Step 10. Specify Staged Restore Settings
The Staged Restore step of the wizard is available if you have chosen to run an executable script for VMs before recovering them to the production environment. For more information on staged restore, see Staged Restore.
To specify staged restore settings:
- From the Virtual lab list, select a virtual lab that will be used to start VMs. The list contains all virtual labs that are created or connected to the backup server.
- From the Application group list, select an application group if script execution requires other VMs to be powered on. In the virtual lab during staged restore, Veeam Backup & Replication will start VMs from the selected application group in the required order. The Application group list contains all application groups that are created on the backup server. For more information, see Application Group.
- On the right of the Script field, click Browse to choose the script from a local folder on the backup server.
- From the Credentials list, select credentials for the account that has administrator privileges on VMs for which you want to run the script. If you have not set up credentials beforehand, click the Manage accounts link or click Add on the right of the Credentials field to add the credentials. For more information, see Managing Credentials.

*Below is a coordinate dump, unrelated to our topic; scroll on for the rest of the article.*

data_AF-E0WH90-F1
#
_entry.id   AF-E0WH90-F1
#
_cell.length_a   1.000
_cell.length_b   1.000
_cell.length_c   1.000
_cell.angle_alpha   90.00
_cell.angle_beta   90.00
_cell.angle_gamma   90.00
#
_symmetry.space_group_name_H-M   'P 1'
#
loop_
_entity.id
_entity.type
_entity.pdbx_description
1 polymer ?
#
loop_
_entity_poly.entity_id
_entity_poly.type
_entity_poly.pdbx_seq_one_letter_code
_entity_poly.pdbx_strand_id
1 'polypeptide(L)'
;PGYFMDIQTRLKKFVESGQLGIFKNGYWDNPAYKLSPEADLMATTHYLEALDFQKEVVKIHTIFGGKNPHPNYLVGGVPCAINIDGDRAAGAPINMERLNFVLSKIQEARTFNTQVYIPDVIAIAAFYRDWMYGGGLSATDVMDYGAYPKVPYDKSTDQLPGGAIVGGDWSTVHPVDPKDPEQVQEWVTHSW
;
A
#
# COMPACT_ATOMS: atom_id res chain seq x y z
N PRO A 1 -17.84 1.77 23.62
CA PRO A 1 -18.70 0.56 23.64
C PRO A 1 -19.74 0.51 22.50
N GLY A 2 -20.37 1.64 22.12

VM Startup Settings
If you want to start VMs after recovery, perform the following steps:
- Click Advanced.
- In the Memory section, specify the amount of memory that you want to pre-allocate to a VM when it starts. The amount of pre-allocated memory is defined in percent. The percentage rate is calculated based on the system memory level available for the production VM. For example, if 4096 MB of RAM is allocated to the VM in the production environment and you specify 50% as a memory rate, 2048 MB of RAM will be allocated to the VM on startup.
- In the Startup time section, specify the allowed boot time for the VM and timeout to initialize applications on the VM.
Be careful when specifying the Maximum allowed boot time value. Typically, a VM started in a virtual lab requires more time to boot than a VM started in the production environment. If an application fails to be initialized within the specified interval of time, the recovery process fails with the timeout error. If such error occurs, you need to increase the Maximum allowed boot time value and perform VM restore again.